[Em] Entry month:1802
[Cu] Class update date: 180227
[Lr] Last revision date:180227
[Js] Journal subset:IM
[Da] Date of entry for processing:171223
[St] Status:MEDLINE
[do] DOI:10.5692/clinicalneurol.cn-001089

  10 / 17344 MEDLINE  
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[PMID]: 29459060
[Au] Autor:Fong CY; Aung HWW; Khairani A; Gan CS; Shahrizaila N; Goh KJ
[Ad] Address:Division of Paediatric Neurology, Department of Paediatrics, Faculty of Medicine, University of Malaya, Kuala Lumpur, Malaysia. Electronic address: cyfong@ummc.edu.my.
[Ti] Title:Bickerstaff's brainstem encephalitis with overlapping Guillain-Barre' syndrome: Usefulness of sequential nerve conduction studies.
[So] Source:Brain Dev;, 2018 Feb 16.
[Is] ISSN:1872-7131
[Cp] Country of publication:Netherlands
[La] Language:eng
[Ab] Abstract:Bickerstaff's brainstem encephalitis (BBE) is a rare immune-mediated disorder characterized by ophthalmoplegia, ataxia and disturbance of consciousness, which may overlap with Guillain-Barré syndrome (GBS) if there is additional limb weakness. We report a 7-month-old boy presented with ophthalmoplegia followed by a rapidly ascending paralysis of all four limbs and disturbance of consciousness. The initial impression was BBE with overlapping GBS. This was supported by sequential nerve conduction study (NCS) findings compatible with an acute inflammatory demyelinating polyneuropathy (AIDP). He received intravenous pulse methylprednisolone, intravenous immunoglobulin and plasmapharesis with complete clinical recovery after 6 weeks of illness and improved NCS findings from week 16. This is the first case of paediatric BBE with overlapping GBS with an AIDP subtype of GBS. It expands the clinical spectrum of this condition in children. Our case highlights the importance of sequential NCS in paediatric BBE with overlapping GBS for accurate electrophysiological diagnosis and prognosis particularly if the first NCS findings are not informative.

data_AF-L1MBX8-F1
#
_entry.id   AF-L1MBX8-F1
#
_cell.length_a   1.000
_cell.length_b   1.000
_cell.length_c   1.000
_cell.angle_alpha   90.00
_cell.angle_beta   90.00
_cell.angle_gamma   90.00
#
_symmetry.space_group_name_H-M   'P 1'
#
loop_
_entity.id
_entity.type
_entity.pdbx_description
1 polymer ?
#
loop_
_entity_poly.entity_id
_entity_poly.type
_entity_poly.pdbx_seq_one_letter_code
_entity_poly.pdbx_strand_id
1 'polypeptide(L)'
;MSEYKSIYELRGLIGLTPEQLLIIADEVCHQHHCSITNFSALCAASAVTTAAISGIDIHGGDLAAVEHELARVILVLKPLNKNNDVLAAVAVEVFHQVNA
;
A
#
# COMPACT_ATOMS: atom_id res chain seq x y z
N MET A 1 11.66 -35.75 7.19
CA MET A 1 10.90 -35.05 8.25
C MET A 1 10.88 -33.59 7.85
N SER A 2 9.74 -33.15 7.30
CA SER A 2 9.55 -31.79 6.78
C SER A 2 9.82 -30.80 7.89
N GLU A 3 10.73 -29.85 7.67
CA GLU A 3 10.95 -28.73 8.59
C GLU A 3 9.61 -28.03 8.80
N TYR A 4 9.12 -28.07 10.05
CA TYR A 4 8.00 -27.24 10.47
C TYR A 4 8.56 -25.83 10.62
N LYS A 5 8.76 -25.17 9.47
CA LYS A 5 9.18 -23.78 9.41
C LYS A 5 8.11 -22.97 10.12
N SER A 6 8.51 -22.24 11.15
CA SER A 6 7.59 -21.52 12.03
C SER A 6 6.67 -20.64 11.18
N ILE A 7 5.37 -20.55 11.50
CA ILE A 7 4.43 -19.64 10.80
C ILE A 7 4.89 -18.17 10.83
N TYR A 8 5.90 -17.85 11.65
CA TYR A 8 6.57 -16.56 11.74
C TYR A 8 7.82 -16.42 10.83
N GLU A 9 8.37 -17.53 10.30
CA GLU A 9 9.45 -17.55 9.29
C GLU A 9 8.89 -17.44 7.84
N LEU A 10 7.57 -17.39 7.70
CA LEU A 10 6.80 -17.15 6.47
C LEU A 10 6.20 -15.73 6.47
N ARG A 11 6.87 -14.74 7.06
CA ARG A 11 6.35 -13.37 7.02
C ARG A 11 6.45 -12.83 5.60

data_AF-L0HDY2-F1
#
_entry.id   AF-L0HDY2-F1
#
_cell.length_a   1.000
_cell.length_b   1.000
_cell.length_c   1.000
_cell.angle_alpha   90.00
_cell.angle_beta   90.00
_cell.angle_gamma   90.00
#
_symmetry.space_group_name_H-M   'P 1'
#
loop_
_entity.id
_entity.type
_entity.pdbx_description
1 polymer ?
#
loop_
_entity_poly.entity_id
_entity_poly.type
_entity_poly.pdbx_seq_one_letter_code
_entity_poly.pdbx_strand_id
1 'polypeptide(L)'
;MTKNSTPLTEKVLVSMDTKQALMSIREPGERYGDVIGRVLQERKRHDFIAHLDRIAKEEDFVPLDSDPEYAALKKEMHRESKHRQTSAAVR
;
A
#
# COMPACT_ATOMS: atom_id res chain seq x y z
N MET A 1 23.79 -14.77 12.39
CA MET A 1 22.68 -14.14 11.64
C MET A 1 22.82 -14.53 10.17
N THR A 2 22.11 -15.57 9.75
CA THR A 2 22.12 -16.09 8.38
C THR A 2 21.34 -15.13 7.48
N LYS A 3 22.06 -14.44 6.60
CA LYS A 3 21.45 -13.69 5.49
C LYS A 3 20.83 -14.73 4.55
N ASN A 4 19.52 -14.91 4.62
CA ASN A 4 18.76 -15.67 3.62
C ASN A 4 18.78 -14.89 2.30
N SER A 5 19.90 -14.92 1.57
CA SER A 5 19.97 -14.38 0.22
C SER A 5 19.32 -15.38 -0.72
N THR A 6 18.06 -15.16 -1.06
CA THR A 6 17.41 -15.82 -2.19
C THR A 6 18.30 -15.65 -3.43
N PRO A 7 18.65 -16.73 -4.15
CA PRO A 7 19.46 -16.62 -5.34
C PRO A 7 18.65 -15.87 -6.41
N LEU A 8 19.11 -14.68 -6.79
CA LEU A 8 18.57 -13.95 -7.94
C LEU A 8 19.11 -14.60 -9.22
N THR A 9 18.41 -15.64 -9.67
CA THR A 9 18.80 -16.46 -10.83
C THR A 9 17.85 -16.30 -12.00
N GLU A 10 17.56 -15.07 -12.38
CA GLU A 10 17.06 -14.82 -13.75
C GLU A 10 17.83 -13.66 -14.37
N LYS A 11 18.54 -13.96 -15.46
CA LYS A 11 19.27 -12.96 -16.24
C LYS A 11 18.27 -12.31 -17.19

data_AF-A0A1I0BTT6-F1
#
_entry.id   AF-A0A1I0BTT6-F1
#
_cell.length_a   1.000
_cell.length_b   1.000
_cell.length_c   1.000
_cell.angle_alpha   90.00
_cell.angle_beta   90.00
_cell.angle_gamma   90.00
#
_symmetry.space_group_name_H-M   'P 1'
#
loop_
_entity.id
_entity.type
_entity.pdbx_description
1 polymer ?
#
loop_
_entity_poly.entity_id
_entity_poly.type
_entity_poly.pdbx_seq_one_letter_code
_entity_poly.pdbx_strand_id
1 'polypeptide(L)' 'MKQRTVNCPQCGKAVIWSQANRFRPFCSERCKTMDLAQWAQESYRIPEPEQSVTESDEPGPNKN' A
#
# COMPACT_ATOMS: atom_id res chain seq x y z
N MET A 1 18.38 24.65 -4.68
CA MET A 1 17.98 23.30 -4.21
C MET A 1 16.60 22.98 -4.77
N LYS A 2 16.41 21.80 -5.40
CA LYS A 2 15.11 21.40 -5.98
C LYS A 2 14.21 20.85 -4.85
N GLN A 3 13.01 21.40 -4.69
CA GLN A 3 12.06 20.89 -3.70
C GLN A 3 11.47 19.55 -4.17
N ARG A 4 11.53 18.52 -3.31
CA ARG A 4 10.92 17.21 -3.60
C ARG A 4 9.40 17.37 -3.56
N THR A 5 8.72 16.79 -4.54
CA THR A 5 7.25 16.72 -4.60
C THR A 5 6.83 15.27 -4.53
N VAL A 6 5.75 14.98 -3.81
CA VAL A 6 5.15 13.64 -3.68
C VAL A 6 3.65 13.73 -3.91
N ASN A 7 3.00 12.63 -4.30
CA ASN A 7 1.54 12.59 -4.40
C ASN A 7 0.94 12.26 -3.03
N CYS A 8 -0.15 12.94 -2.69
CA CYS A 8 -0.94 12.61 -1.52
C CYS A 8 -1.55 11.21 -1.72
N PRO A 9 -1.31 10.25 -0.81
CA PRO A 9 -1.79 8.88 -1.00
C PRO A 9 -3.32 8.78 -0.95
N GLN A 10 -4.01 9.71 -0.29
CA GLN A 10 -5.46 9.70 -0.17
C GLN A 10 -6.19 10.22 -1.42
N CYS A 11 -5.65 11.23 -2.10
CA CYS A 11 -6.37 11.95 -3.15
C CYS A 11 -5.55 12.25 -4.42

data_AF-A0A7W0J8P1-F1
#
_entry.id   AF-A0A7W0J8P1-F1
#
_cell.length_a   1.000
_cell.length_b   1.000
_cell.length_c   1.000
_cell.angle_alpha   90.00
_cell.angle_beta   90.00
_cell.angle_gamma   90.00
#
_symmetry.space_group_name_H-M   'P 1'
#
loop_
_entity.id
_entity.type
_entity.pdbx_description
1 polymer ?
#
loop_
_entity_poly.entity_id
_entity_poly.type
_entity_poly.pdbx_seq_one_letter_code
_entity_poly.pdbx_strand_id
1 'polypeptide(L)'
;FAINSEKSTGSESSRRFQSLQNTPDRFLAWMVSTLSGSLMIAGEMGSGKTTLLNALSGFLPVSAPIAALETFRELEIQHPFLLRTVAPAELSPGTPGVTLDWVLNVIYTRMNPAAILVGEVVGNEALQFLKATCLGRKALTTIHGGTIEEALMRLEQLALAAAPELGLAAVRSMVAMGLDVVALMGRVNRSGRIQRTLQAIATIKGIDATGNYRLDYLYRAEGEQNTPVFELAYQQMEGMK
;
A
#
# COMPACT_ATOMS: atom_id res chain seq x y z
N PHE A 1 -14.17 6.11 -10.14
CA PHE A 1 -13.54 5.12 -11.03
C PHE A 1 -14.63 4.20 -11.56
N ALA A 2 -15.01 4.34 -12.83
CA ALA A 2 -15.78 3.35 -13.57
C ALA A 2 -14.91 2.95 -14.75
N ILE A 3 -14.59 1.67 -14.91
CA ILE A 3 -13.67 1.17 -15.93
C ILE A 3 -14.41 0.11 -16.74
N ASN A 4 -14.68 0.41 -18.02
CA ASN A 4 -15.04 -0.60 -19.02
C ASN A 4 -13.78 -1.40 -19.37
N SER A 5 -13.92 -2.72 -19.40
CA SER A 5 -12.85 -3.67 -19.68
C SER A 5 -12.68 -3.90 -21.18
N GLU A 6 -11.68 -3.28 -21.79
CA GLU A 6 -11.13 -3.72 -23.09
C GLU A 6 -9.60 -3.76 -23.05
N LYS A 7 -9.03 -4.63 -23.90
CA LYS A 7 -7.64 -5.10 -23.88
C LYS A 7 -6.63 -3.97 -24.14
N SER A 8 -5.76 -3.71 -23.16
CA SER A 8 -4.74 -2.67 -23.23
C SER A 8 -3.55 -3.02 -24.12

[Pt] Publication type:JOURNAL ARTICLE
[Em] Entry month:1802
[Cu] Class update date: 180220
[Lr] Last revision date:180220
[St] Status:Publisher